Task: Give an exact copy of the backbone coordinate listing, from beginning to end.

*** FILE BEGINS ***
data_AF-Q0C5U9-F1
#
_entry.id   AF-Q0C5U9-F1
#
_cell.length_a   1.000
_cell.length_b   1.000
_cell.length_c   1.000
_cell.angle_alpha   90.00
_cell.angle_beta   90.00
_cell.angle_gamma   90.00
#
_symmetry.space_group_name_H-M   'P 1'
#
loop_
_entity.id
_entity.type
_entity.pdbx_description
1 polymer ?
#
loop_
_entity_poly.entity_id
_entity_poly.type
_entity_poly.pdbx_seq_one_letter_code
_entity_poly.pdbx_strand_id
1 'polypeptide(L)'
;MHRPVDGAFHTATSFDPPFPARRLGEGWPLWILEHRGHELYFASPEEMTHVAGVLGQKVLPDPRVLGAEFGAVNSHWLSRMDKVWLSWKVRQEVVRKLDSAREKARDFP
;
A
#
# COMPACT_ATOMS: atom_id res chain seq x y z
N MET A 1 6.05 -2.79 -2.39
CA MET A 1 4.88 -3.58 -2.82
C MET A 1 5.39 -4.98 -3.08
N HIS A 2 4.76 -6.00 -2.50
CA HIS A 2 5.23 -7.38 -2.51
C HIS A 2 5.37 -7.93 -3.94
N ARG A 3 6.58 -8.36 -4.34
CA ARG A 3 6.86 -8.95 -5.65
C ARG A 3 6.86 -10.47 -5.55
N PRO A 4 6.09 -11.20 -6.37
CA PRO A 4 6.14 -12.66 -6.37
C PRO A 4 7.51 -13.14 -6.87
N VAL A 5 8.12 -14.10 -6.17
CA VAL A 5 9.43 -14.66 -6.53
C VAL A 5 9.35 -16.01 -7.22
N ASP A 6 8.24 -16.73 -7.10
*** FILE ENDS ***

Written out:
data_AF-Q0C5U9-F1
#
_entry.id   AF-Q0C5U9-F1
#
_cell.length_a   1.000
_cell.length_b   1.000
_cell.length_c   1.000
_cell.angle_alpha   90.00
_cell.angle_beta   90.00
_cell.angle_gamma   90.00
#
_symmetry.space_group_name_H-M   'P 1'
#
loop_
_entity.id
_entity.type
_entity.pdbx_description
1 polymer ?
#
loop_
_entity_poly.entity_id
_entity_poly.type
_entity_poly.pdbx_seq_one_letter_code
_entity_poly.pdbx_strand_id
1 'polypeptide(L)'
;MHRPVDGAFHTATSFDPPFPARRLGEGWPLWILEHRGHELYFASPEEMTHVAGVLGQKVLPDPRVLGAEFGAVNSHWLSRMDKVWLSWKVRQEVVRKLDSAREKARDFP
;
A
#
# COMPACT_ATOMS: atom_id res chain seq x y z
N MET A 1 6.05 -2.79 -2.39
CA MET A 1 4.88 -3.58 -2.82
C MET A 1 5.39 -4.98 -3.08
N HIS A 2 4.76 -6.00 -2.50
CA HIS A 2 5.23 -7.38 -2.51
C HIS A 2 5.37 -7.93 -3.94
N ARG A 3 6.58 -8.36 -4.34
CA ARG A 3 6.86 -8.95 -5.65
C ARG A 3 6.86 -10.47 -5.55
N PRO A 4 6.09 -11.20 -6.37
CA PRO A 4 6.14 -12.66 -6.37
C PRO A 4 7.51 -13.14 -6.87
N VAL A 5 8.12 -14.10 -6.17
CA VAL A 5 9.43 -14.66 -6.53
C VAL A 5 9.35 -16.01 -7.22
N ASP A 6 8.24 -16.73 -7.10